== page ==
In a story that actually sounds like it has all the makings of a classic Monty Python skit, New Jersey gubernatorial candidate and former U.S. Attorney for the state Chris Christie has opened himself up to potential litigation from the the legendary British comedy troupe even as voters go to the polls. Christie's campaign created an ad titled "Deja Vu" that appropriated a segment from the television series "Monty Python's Flying Circus," apparently without permission.
The ad lifts footage of a young Michael Palin from the show playing a TV show host explaining what deja vu is, and then explaining what deja vu is and then explaining it again as titles making a fairly typical attack on Corzine ("haven't we seen this before?" they ask) scroll across the screen. The Pythons were nonplussed. The Christie campaign hastily removed the ad from its YouTube channel shortly after The Huffington Post alerted Pythons Palin and Terry Jones to the ad's existence, though the video can be seen here.
The HuffPo lays it on pretty thick, writing, "Christie is no stranger to the world of crime," bringing up a New York Times story that cited Christie's family connection to an incarcerated member of the Genovese crime family. The members of Monty Python were considerably more glib.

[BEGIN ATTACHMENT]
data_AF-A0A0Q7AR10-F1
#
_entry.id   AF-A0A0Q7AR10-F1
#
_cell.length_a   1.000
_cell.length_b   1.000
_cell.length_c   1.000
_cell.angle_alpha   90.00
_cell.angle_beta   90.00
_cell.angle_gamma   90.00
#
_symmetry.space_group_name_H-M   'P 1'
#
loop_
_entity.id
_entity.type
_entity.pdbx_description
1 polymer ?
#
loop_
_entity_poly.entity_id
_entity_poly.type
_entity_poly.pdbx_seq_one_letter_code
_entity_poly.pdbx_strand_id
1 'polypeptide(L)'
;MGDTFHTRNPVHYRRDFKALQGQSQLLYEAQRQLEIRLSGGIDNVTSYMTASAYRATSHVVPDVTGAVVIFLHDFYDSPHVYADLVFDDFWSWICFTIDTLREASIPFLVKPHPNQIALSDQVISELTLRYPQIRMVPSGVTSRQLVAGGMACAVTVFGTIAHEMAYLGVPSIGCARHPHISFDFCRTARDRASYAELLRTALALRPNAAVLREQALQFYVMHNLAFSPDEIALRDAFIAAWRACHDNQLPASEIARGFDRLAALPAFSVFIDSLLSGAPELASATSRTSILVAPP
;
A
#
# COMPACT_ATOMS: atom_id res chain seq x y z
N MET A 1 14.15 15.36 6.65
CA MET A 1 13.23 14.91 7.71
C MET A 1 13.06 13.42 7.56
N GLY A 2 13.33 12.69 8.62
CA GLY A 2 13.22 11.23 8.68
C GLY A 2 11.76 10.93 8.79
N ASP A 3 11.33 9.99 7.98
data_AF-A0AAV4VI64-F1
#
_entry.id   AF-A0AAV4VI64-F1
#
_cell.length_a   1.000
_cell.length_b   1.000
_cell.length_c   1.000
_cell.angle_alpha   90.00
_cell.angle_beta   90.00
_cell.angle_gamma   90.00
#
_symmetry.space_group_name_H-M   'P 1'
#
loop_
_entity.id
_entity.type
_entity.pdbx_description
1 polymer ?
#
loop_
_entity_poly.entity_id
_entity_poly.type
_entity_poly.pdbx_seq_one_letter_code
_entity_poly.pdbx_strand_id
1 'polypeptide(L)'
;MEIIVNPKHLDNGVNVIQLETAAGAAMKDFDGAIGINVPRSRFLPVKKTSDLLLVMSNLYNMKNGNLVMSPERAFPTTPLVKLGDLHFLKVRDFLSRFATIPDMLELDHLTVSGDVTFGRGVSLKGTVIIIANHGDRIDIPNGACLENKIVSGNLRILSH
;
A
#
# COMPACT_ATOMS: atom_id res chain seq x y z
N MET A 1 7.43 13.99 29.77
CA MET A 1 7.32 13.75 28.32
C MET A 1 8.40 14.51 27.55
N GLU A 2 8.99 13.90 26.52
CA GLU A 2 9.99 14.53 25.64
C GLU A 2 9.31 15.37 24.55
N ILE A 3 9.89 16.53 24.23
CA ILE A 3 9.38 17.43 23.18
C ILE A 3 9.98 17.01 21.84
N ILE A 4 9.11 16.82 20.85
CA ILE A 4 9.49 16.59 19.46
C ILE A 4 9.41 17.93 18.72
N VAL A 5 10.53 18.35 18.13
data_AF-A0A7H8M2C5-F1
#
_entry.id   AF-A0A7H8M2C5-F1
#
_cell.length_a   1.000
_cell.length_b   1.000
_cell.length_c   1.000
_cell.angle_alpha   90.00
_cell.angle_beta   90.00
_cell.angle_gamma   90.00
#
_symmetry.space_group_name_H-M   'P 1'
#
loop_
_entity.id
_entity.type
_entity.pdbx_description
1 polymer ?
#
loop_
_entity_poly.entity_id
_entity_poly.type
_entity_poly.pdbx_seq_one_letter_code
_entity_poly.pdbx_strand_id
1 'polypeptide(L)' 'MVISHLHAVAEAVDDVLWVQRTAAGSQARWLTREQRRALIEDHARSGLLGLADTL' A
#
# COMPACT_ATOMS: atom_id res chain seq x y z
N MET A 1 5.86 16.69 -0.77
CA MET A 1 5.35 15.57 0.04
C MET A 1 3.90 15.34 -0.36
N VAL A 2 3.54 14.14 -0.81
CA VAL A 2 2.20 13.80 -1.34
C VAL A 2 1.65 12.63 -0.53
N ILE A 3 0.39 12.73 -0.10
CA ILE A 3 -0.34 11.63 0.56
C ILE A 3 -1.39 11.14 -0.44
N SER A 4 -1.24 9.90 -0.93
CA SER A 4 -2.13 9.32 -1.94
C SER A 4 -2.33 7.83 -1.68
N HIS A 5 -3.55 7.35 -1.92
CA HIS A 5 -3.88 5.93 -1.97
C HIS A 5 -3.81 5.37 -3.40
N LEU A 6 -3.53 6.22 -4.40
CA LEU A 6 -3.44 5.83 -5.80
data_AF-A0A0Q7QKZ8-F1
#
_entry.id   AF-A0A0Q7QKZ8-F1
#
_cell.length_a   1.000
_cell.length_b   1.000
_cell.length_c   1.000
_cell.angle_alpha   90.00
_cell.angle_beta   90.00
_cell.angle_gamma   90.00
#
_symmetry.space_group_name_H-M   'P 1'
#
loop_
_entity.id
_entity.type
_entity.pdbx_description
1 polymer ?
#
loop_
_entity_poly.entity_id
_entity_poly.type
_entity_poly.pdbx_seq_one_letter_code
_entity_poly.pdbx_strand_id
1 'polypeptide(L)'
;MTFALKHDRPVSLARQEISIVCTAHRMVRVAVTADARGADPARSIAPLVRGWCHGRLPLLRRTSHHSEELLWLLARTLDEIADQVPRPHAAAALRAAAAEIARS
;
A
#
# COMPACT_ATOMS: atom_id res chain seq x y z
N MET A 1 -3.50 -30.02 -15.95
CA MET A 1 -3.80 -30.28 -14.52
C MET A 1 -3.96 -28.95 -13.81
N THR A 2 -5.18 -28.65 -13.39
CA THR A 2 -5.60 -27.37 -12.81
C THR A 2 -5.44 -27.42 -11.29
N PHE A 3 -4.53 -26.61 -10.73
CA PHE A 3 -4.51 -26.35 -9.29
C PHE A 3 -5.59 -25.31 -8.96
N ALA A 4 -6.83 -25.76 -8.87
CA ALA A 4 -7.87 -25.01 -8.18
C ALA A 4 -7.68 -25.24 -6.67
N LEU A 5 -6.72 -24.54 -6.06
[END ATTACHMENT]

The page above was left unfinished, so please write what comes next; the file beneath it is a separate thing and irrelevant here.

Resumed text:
"I'm surprised that a former U.S. Attorney isn't aware of his copyright infringement when he uses our material without permission," Palin told the HuffPo. "He's clearly made a terrible mistake. It was the endorsement of Sarah Palin he was after -- not that of Michael Palin."
Jones, who confirmed that the group was considering legal action was even more biting in his criticism, playing off the fact that Christie, a lawyer for 22 years, had been appointed as U.S. Attorney by George Bush on Karl Rove's recommendation: "It is totally outrageous that a former U.S. Attorney knows so little about the law that he thinks he can rip off people. On the other hand -- another of Bush's legal appointees was Alberto Gonzales and he didn't seem to know much about the law either."